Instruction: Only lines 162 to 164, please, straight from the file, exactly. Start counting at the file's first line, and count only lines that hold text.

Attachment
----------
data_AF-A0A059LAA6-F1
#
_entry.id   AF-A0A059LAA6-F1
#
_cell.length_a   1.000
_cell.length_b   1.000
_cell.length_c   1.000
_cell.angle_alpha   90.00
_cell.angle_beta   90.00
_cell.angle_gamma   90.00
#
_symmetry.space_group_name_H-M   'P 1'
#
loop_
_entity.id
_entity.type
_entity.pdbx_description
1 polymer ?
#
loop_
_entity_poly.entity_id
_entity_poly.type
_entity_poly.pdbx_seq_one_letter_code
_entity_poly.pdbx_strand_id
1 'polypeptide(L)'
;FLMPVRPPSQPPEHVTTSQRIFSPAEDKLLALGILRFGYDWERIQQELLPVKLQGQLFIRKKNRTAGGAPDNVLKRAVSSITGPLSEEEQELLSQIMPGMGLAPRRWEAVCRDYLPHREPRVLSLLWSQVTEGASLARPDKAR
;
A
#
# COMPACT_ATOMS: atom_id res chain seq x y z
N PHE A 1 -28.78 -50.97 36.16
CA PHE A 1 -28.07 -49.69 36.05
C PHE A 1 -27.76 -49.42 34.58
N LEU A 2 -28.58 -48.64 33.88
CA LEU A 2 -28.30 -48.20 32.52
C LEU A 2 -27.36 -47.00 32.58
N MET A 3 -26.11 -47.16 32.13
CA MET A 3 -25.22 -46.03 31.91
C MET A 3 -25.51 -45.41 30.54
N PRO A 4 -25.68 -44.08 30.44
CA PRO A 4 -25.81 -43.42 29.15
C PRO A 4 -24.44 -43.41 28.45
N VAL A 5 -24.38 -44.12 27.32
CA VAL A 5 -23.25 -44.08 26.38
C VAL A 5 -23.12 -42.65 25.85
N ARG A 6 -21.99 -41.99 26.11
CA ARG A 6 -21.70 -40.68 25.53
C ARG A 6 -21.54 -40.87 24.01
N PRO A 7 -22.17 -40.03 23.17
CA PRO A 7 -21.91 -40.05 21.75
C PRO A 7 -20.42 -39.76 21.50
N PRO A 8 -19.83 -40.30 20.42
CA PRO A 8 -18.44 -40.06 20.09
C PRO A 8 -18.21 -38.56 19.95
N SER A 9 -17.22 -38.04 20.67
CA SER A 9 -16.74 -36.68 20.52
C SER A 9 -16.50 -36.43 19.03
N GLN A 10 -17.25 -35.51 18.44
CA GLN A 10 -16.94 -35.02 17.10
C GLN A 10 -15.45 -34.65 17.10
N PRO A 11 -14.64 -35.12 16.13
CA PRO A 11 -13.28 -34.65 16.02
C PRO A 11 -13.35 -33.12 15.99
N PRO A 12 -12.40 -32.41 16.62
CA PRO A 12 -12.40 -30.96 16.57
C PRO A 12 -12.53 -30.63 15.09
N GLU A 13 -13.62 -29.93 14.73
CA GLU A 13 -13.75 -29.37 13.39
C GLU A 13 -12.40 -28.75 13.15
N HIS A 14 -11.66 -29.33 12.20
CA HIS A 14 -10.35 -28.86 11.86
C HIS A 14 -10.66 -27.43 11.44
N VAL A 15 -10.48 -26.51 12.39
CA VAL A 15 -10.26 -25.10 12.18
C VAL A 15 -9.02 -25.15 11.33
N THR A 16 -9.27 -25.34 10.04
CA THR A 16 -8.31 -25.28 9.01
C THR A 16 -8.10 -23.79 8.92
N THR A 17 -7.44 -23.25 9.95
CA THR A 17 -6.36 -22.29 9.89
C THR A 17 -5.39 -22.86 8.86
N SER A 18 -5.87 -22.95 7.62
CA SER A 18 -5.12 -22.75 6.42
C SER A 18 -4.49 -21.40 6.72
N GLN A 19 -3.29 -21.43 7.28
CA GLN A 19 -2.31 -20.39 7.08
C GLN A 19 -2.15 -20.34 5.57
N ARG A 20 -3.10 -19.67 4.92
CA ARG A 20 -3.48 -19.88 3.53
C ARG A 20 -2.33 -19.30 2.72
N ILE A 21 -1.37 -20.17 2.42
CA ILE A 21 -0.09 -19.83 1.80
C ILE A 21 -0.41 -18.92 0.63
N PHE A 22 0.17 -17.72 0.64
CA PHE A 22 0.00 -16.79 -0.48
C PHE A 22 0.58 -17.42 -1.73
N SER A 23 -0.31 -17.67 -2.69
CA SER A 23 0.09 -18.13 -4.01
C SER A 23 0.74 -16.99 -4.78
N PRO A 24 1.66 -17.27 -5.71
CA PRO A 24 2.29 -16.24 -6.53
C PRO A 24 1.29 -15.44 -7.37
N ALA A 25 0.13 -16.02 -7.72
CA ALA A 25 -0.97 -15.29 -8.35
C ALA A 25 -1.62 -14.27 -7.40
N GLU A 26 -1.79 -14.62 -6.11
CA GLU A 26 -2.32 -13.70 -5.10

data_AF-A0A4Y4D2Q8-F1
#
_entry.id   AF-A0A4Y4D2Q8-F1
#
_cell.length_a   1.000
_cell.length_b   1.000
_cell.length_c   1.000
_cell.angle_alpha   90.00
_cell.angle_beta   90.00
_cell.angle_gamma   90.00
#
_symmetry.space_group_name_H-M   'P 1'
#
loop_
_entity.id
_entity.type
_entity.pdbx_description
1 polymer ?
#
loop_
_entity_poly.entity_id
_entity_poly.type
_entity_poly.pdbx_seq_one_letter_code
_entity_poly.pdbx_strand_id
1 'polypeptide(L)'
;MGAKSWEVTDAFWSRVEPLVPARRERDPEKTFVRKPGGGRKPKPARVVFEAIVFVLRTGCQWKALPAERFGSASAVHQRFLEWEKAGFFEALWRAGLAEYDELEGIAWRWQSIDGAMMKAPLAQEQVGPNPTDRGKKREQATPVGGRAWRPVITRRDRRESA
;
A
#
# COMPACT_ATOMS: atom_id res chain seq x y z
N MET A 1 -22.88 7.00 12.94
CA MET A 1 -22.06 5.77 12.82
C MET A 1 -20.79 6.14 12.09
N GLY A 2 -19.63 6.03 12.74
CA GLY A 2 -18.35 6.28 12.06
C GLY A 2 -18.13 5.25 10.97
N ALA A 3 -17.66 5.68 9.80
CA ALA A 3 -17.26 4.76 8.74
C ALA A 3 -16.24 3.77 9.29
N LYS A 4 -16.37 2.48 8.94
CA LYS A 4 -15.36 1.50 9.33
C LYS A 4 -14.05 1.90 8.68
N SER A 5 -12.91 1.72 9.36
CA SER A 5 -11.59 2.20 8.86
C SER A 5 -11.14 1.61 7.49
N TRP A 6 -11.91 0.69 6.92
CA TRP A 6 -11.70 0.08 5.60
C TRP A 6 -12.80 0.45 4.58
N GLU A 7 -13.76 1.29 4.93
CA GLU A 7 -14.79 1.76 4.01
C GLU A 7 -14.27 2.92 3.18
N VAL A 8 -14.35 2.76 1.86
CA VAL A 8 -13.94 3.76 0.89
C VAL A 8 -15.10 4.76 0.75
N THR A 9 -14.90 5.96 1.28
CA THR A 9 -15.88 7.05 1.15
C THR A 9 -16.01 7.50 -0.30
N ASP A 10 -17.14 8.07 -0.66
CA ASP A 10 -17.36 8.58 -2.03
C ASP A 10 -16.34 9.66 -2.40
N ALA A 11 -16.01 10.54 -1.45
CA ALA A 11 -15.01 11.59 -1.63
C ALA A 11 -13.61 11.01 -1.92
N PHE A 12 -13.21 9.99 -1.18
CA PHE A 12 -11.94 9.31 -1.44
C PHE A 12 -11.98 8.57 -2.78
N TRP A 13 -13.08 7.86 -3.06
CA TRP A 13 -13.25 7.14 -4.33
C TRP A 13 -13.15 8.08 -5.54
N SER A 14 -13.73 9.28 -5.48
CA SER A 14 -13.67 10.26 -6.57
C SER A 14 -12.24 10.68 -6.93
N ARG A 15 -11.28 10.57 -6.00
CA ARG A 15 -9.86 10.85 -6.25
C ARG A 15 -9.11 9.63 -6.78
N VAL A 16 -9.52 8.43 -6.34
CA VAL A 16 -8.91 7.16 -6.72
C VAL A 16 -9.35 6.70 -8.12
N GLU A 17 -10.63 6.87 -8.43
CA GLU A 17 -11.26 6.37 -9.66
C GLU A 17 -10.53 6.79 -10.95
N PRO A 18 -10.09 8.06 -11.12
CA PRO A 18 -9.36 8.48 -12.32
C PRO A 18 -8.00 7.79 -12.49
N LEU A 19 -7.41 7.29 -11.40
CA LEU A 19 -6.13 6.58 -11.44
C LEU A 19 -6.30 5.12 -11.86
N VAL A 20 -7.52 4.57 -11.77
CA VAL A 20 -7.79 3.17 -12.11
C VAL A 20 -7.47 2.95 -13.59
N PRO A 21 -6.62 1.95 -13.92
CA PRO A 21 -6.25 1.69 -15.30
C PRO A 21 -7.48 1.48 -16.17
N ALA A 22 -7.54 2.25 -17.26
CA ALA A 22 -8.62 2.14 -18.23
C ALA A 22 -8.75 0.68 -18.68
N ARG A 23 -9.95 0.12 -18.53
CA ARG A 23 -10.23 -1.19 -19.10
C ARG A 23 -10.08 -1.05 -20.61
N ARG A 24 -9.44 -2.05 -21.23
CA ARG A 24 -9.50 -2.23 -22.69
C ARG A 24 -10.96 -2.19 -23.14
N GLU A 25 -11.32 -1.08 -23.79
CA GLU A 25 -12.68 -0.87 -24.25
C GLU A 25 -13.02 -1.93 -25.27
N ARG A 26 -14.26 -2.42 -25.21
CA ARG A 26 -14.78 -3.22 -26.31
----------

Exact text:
N THR A 9 -14.90 5.96 1.28
CA THR A 9 -15.88 7.05 1.15
C THR A 9 -16.01 7.50 -0.30